Sick building syndrome made a rapid journey from media to courtroom where professional engineers and architects became named defendants and were represented by their respective professional practice insurers. Proceedings invariably relied on expert witnesses, medical and technical experts along with building managers, contractors and manufacturers of finishes and furnishings, testifying as to cause and effect. Most of these actions resulted in sealed settlement agreements, none of these being dramatic. The insurers needed a defense based upon Standards of Professional Practice to meet a court decision that declared—that in a modern, essentially sealed building, the HVAC systems must produce breathing air for suitable human consumption. ASHRAE (American Society of Heating, Refrigeration and Air Conditioning Engineers, currently with over 50,000 international members) undertook the task of codifying its IAQ (Indoor Air Quality) standard.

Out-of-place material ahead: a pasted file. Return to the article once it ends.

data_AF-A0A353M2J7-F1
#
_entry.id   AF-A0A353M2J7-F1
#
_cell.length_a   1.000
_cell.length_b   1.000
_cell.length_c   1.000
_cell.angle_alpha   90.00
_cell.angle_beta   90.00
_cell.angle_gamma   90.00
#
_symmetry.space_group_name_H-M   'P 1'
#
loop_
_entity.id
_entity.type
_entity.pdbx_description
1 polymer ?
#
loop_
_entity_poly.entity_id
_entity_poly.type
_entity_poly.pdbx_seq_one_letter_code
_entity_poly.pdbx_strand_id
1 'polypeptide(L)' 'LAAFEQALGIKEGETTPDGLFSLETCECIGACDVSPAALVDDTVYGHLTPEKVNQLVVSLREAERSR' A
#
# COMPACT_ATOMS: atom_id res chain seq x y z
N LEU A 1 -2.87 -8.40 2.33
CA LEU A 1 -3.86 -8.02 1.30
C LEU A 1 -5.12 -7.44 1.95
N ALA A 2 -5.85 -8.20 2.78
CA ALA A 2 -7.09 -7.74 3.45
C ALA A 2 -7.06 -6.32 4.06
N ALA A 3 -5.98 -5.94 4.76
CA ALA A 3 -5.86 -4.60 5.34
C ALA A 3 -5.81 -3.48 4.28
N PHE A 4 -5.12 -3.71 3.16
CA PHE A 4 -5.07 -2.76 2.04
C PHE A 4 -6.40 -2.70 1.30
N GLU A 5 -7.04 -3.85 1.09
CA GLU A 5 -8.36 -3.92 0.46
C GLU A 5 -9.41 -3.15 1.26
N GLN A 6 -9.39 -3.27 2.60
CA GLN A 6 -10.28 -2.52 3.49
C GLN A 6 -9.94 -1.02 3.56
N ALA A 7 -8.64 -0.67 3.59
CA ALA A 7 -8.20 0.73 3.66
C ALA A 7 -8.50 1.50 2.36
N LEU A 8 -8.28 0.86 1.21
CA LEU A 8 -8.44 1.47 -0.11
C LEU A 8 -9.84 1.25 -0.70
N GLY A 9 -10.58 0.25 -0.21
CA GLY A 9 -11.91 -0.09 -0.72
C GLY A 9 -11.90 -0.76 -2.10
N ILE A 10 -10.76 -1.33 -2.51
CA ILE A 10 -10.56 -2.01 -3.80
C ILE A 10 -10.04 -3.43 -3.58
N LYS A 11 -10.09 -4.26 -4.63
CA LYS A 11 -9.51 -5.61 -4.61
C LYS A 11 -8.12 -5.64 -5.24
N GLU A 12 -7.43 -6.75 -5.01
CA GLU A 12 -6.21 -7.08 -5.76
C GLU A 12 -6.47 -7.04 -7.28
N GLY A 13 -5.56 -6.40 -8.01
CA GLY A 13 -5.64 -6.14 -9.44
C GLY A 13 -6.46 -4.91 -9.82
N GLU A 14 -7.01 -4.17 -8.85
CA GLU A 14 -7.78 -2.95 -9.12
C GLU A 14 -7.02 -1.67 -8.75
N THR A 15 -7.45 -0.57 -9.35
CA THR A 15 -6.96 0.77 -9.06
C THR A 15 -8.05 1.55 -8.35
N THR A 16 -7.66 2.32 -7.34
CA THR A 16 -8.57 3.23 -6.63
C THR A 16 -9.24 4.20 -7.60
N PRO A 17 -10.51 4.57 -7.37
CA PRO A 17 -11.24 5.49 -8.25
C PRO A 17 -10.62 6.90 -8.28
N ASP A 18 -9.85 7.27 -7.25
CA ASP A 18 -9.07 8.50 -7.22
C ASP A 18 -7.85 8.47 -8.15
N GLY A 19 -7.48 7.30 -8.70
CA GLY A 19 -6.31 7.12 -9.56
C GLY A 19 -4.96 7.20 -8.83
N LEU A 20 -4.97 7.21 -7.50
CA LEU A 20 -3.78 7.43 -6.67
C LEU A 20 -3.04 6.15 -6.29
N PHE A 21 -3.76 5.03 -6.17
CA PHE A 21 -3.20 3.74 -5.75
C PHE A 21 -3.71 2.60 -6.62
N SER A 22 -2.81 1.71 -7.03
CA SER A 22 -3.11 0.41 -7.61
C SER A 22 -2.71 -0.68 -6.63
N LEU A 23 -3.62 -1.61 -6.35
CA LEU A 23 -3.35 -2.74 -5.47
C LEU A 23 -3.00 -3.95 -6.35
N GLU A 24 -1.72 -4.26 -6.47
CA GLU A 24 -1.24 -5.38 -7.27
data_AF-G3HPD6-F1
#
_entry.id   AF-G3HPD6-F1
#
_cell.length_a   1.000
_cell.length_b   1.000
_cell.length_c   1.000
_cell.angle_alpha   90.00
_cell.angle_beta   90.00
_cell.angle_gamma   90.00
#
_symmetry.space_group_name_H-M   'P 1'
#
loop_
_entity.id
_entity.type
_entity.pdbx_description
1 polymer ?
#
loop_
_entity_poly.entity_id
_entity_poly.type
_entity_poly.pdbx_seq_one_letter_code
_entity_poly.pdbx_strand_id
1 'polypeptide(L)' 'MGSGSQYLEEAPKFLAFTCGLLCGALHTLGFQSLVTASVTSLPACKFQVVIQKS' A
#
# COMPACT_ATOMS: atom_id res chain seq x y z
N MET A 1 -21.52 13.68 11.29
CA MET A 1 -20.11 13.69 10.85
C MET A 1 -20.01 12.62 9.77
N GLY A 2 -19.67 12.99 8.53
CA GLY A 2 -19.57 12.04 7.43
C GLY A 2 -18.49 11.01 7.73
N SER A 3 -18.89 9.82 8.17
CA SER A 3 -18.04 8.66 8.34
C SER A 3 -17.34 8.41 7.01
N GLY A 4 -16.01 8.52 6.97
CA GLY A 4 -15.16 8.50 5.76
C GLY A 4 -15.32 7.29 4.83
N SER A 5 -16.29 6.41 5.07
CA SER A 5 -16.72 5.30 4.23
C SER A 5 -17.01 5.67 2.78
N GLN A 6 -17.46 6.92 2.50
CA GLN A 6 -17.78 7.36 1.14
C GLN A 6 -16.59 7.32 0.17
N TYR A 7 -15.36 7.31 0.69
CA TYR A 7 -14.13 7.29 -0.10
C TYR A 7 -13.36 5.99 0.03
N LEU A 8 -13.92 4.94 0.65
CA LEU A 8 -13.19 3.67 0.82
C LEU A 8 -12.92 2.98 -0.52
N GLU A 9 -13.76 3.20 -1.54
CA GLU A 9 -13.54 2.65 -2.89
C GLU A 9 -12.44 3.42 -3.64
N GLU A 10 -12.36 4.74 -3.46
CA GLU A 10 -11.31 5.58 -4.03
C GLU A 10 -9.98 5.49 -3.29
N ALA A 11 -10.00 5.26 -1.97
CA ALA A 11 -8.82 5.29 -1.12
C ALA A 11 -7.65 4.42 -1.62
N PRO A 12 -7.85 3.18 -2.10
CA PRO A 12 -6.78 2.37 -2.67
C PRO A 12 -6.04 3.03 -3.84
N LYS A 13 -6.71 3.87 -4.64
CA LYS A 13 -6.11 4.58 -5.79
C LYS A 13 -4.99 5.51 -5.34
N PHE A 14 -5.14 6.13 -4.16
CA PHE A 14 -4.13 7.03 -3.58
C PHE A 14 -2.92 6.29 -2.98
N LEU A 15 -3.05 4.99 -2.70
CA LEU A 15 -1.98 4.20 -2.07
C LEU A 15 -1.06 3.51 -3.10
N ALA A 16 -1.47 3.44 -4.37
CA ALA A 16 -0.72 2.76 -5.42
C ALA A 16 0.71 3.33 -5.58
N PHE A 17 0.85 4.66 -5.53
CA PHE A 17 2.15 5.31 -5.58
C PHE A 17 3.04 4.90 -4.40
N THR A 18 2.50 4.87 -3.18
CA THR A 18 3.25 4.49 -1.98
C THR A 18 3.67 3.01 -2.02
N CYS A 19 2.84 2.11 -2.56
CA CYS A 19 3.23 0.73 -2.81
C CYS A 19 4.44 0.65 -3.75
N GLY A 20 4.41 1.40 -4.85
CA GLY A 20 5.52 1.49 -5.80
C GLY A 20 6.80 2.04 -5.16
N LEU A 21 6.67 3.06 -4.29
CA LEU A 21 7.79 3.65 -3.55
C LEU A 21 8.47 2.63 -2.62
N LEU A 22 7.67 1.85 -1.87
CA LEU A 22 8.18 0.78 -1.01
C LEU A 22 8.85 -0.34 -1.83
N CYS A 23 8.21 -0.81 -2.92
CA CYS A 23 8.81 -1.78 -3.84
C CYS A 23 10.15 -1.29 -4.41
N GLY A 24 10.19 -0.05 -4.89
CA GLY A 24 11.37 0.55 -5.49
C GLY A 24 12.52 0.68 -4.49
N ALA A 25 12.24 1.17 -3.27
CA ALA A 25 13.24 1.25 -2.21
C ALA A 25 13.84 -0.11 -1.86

ASHRAE empirical research determined that “acceptability” was a function of outdoor (fresh air) ventilation rate and used carbon dioxide as an accurate measurement of occupant presence and activity. Building odors and contaminants would be suitably controlled by this dilution methodology. ASHRAE codified a level of 1,000 ppm of carbon dioxide and specified the use of widely available sense-and-control equipment to assure compliance. The 1989 issue of ASHRAE 62.1-1989 published the whys and wherefores and overrode the 1981 requirements that were aimed at a ventilation level of 5,000 ppm of carbon dioxide, (the OAHA workplace limit), federally set to minimize HVAC system energy consumption. This apparently ended the SBS epidemic.
Over time, building materials changed with respect to emissions potential. Smoking vanished and dramatic improvements in ambient air quality, coupled with code compliant ventilation and maintenance, per ASHRAE standards have all contributed to the acceptability of the indoor air environment. With the publication of ASHRAE 62.1-2013 ASHRAE has reactivated 1981 with respect to ventilation rates. Only time and the courts will tell how right, or wrong ASHRAE is.